An even better place for your savings is a proper savings account, which pays extra interest if you make regular deposits and don’t make lots of withdrawals. The good news is: some of the BEST interest rates available are on savings accounts for young people. Here are a few examples from September 2022 (note that the rates will probably have changed by now):

BOQ Future Saver (14-35yo)

4.00% interest

Westpac Spend&Save (18-29yo)

3.25% interest

Great Southern Bank Goal Saver (18-24yo)

2.65% interest

Source: - Monthly conditions apply for max rate.

6. Use a money-saving app or budgeting app:
There are dozens of these. Some banks now have these features integrated in their apps, while non-bank examples include Spriggy (now owned by NAB bank) and Bankaroo for younger kids. Most of them show you what you’re spending your money on, some suggest ways to save, and others allow you to ‘round up’ each purchase to the nearest dollar and transfer it into a savings account earning interest. I like to compare technology like this to the slingshot in the famous story of David and Goliath. David was tiny compared to the giant Goliath - and that’s how you can feel when it comes to managing money. But he had a secret weapon and that was enough to level the playing field and give him a chance. So use technology to help your savings strategy - there have never been more secret weapons out there.

7. Get a job:
You can start doing a bit of part-time or casual work at any age in most states in Australia. Getting a job does more than just generate some income and future savings for you: it also starts to build your CV so you’ll have some experience and referees for future job applications. There are almost no age barriers for part-time or casual jobs, or for teenagers working in family businesses or the entertainment industry. But there are some rules and they differ from state to state. In most states and territories, Australian businesses looking to hire those under 17 must have a Child Employment Permit.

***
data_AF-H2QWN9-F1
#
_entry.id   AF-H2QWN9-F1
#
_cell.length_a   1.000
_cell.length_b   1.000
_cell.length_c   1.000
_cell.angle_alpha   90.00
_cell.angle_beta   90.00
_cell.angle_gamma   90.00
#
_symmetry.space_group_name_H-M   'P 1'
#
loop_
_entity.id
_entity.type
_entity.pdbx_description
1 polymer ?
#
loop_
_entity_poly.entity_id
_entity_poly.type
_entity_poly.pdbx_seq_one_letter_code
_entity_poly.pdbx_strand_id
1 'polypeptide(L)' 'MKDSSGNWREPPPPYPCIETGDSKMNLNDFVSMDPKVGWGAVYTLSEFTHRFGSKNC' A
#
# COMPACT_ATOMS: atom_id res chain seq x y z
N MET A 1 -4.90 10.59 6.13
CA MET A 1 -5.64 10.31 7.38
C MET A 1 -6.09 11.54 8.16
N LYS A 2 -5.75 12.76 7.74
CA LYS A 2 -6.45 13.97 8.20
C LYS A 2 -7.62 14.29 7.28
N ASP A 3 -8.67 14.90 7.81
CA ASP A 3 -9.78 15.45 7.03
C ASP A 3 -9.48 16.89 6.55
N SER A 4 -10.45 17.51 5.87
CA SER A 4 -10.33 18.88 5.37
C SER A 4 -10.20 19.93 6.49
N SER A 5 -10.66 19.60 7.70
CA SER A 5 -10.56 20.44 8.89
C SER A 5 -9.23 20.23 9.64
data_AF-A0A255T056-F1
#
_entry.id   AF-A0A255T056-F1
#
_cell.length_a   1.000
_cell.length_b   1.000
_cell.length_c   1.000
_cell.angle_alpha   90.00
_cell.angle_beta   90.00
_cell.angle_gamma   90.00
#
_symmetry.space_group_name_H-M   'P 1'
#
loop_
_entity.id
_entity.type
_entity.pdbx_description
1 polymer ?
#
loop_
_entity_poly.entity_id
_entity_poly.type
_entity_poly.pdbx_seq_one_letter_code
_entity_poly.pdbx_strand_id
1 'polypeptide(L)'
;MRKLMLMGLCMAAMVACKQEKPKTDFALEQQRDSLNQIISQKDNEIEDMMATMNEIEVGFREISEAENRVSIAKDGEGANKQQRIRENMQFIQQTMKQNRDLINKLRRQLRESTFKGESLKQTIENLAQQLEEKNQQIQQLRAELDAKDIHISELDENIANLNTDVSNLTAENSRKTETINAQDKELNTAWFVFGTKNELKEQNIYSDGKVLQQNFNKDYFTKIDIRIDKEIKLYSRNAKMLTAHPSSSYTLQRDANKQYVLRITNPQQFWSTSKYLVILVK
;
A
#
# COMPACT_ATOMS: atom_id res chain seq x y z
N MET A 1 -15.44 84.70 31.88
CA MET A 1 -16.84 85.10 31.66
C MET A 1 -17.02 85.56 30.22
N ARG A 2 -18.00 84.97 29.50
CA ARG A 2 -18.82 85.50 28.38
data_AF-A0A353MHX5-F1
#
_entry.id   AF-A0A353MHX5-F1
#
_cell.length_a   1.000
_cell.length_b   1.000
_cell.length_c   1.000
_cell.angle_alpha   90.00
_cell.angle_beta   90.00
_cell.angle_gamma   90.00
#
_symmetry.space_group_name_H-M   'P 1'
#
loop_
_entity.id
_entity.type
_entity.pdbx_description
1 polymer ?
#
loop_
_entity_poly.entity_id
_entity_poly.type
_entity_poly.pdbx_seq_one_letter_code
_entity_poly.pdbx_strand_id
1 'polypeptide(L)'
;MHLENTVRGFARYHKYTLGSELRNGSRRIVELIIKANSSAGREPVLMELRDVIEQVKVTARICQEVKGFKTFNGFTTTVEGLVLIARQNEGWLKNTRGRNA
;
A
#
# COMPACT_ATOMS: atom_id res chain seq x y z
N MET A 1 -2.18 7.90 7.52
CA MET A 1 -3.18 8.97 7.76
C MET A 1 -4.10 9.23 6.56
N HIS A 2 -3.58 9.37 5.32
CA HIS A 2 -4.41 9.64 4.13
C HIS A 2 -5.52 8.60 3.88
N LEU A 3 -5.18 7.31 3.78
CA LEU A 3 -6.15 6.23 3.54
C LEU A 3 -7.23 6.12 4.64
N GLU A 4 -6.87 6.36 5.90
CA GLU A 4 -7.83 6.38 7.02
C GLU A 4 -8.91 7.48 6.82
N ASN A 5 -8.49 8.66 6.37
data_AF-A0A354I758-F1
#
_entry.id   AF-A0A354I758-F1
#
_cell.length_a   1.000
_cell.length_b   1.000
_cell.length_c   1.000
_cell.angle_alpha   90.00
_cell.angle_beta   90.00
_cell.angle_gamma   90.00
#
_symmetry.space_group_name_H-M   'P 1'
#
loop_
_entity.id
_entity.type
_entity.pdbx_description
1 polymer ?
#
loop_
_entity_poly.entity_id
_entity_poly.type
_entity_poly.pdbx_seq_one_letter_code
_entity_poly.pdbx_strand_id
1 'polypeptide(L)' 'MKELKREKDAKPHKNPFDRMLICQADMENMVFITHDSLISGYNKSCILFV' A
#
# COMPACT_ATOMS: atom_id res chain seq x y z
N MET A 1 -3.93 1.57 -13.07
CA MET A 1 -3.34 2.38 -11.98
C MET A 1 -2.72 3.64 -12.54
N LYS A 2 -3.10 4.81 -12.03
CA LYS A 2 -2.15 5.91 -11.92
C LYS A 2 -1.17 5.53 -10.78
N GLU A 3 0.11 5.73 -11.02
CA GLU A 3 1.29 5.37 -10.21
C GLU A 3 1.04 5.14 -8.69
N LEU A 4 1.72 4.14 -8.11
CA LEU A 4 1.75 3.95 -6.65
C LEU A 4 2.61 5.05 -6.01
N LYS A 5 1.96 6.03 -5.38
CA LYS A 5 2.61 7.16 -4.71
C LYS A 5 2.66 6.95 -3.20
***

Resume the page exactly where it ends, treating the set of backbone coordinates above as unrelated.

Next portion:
NSW: No minimum legal working age. Minimum age for full time work is 17.

ACT: No minimum age. Under-15s can only do ‘light work’ and must be supervised by an adult. Minimum age for apprenticeships is 15.

NT: No minimum working age. Can work full-time if you’re 15 and have finished year 10.

VIC: Minimum age depends what area of work. Delivery roles must be at least 11. Must be 15 for casual or part-time jobs unless you have a special child employment permit, in which case it’s 13. Can work full-time after finishing year 10.

QLD: Delivery work can start age 11, but general age for starting work is 13. Work full-time once you’ve completed year 10 or turned 16.

TAS: No minimum age for casual or part time work, but you cannot be a public vendor if you are under 11. Under 14, you cannot work after 9pm or before 5am as a public vendor.

SA: No minimum age for part-time or casuals. For full-time work, you must either be 17, or have completed year 12 or a Certificate 2 qualification from either TAFE, an apprenticeship, a traineeship or a university: or have an apprenticeship approved by your parents and school; or apply for a permanent exemption from school for employment reasons.

WA: Delivery roles from age 10 as long as it’s supervised by a parent, or adult with the parent’s written permission. At 13, you can work with a parent’s written permission. Full-time work from age 17, or in years 11-12 if you get permissions from the Minister for Education.


ACT Government Community Services on 13 22 81
NSW Office of Industrial Relations on 13 16 28
NT Government on (08) 8944 9274
QLD Government on 13 74 68
SafeWork SA on 1300 365 255